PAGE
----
Abstract P294: Circulating Soluble ICAM-1 is Associated with Aorto-Iliac and Coronary Artery Calcified Plaque 10 years Later in Young Adults: The Coronary Artery Risk Development in Young Adults (CARDIA) Study
Background: Elevated serum soluble intercellular adhesion molecule-1 (sICAM-1) concentration has been associated with cardiovascular disease in older adults. Soluble ICAM-1may have a central role in the development of atherosclerosis, but few studies have investigated the relationship in young adults or evaluated prospective relationships.
Objective/Hypothesis: To investigate the relationship between sICAM-1 and subclinical atherosclerosis measured 10 years later in young adults. sICAM-1 will have positive association with the presence of subclinical atherosclerosis.
Methods: Soluble ICAM-1 concentrations were assayed in black and white men and women at average age 40 (range 32–47 years). Two markers of subclinical atherosclerosis, namely aorto-iliac calcified plaque (AoIC, n=1621, 55% with AoIC) and coronary artery calcium (CAC, n=1656, 30% with CAC), were measured 10 years later. Associations were evaluated by logistic regression methods.
Results: Mean (standard deviation (SD)) of sICAM-1 was 155.1 (45.8) ng/ml. In a minimally adjusted (age, race, sex, clinic) model, sICAM-1 was associated with an increased risk of AoIC (OR=1.56 per SD, CI=1.37–1.78, p<0.0001,). This association remained highly significant (OR=1.22 per SD, CI=1.06–1.40, p<0.006) in a model fully-adjusted (adding education, body mass index, waist, blood lipids, cholesterol-lowering medication, smoking, blood pressure, antihypertensive medication, and exercise). CAC was associated with sICAM-1 (OR=1.41 per SD, CI=1.24–1.59, p<0.0001) in the minimally adjusted model as well as the fully-adjusted model (OR=1.18 per SD, CI=1.04–1.34, p<.01).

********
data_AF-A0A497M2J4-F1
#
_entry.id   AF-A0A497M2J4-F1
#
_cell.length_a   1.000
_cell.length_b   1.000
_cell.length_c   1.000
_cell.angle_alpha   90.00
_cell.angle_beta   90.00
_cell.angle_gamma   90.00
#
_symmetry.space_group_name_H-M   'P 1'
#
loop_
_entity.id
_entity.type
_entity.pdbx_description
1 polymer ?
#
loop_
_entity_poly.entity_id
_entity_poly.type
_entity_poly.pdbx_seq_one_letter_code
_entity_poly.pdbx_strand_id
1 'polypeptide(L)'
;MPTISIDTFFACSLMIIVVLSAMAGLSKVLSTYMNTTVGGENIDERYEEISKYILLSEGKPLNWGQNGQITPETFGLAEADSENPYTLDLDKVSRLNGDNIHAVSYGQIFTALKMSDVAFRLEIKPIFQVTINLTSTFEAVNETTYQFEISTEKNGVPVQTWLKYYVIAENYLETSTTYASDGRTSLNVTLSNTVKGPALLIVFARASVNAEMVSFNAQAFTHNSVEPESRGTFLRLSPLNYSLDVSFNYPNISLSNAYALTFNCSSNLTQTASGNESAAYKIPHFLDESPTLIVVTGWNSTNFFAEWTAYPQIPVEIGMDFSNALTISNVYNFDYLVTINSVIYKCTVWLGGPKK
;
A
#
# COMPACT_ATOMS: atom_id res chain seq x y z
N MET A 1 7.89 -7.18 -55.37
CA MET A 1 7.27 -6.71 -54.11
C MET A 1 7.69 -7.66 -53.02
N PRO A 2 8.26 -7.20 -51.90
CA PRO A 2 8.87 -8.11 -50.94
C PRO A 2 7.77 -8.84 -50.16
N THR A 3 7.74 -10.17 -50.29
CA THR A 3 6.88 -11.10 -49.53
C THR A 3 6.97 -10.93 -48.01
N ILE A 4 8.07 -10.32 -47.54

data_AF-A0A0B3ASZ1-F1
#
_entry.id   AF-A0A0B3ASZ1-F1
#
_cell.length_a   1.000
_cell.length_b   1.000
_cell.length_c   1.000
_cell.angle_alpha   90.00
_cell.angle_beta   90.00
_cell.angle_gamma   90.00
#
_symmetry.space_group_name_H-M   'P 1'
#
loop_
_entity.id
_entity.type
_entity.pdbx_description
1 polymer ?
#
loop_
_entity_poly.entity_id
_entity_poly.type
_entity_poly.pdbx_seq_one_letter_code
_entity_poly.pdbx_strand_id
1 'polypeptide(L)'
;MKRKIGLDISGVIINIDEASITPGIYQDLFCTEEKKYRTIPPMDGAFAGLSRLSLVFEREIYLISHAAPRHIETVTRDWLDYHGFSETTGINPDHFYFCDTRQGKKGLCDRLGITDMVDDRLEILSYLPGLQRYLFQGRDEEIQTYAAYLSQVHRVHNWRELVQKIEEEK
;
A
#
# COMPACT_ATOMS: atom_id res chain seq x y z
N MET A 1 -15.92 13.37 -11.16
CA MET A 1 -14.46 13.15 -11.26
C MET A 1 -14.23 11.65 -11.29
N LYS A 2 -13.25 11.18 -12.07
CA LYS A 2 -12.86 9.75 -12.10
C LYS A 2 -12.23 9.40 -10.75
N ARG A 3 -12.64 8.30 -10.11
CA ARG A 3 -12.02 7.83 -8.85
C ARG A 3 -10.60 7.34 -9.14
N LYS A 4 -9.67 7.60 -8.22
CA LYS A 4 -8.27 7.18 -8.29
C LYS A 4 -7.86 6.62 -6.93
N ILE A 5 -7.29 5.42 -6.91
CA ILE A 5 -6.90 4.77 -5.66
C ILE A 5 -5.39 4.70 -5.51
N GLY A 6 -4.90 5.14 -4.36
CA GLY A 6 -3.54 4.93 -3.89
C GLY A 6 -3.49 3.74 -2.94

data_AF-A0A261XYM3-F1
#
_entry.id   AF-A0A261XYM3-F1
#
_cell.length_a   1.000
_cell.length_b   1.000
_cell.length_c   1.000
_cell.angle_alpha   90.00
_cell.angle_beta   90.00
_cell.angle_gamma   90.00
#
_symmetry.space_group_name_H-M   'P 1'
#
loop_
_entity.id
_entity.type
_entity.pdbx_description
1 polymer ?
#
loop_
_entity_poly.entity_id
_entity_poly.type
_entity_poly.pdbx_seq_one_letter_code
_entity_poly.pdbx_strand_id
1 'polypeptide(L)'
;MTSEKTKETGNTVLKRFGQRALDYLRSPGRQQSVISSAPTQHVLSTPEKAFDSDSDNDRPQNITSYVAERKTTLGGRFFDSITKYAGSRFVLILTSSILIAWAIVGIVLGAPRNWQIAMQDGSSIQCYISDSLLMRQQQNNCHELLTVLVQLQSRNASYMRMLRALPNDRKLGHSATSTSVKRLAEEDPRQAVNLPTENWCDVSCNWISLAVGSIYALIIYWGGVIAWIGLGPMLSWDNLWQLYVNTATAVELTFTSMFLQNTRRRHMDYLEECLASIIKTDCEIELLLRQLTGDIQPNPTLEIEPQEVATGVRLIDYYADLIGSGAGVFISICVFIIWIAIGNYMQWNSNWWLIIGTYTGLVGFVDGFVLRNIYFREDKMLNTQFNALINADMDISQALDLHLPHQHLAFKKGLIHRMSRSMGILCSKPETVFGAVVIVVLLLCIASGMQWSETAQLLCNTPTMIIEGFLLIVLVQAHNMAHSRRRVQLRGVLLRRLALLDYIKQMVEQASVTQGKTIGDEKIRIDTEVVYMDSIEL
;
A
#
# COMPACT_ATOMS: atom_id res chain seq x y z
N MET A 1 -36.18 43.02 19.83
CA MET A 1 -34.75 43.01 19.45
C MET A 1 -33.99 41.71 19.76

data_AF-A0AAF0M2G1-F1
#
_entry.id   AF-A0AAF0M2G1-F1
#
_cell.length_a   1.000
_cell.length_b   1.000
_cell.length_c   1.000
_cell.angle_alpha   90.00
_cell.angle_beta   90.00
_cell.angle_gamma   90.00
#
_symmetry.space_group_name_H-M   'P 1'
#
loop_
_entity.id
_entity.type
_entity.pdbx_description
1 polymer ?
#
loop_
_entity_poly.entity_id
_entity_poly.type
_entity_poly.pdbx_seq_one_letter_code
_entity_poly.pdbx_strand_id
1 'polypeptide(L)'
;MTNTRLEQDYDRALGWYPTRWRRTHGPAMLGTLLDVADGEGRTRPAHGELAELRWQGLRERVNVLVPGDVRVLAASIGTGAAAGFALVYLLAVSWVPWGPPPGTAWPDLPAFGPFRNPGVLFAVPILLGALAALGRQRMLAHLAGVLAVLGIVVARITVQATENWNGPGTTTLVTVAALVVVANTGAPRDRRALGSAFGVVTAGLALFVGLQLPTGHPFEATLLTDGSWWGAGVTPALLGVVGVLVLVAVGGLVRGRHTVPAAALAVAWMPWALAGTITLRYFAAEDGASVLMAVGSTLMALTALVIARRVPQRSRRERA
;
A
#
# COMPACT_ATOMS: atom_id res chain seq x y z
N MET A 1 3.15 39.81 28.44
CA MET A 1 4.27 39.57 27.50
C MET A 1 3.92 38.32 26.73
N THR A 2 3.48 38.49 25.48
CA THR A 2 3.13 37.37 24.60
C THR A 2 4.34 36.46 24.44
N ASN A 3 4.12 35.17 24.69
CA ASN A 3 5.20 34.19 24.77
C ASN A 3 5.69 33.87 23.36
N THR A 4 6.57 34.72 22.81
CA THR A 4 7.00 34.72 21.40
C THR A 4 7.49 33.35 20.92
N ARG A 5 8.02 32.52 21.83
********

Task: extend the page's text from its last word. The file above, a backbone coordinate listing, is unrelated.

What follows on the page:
Conclusion: Elevated concentrations of sICAM-1 were associated with subclinical atherosclerotic calcification, which in turn is known to be highly predictive of future cardiovascular disease. Soluble ICAM-1 assessed at average age 40 predicts the early development of advanced atherosclerosis, only partly mediated by effects of elevations of known risk factors.
- © 2012 by American Heart Association, Inc.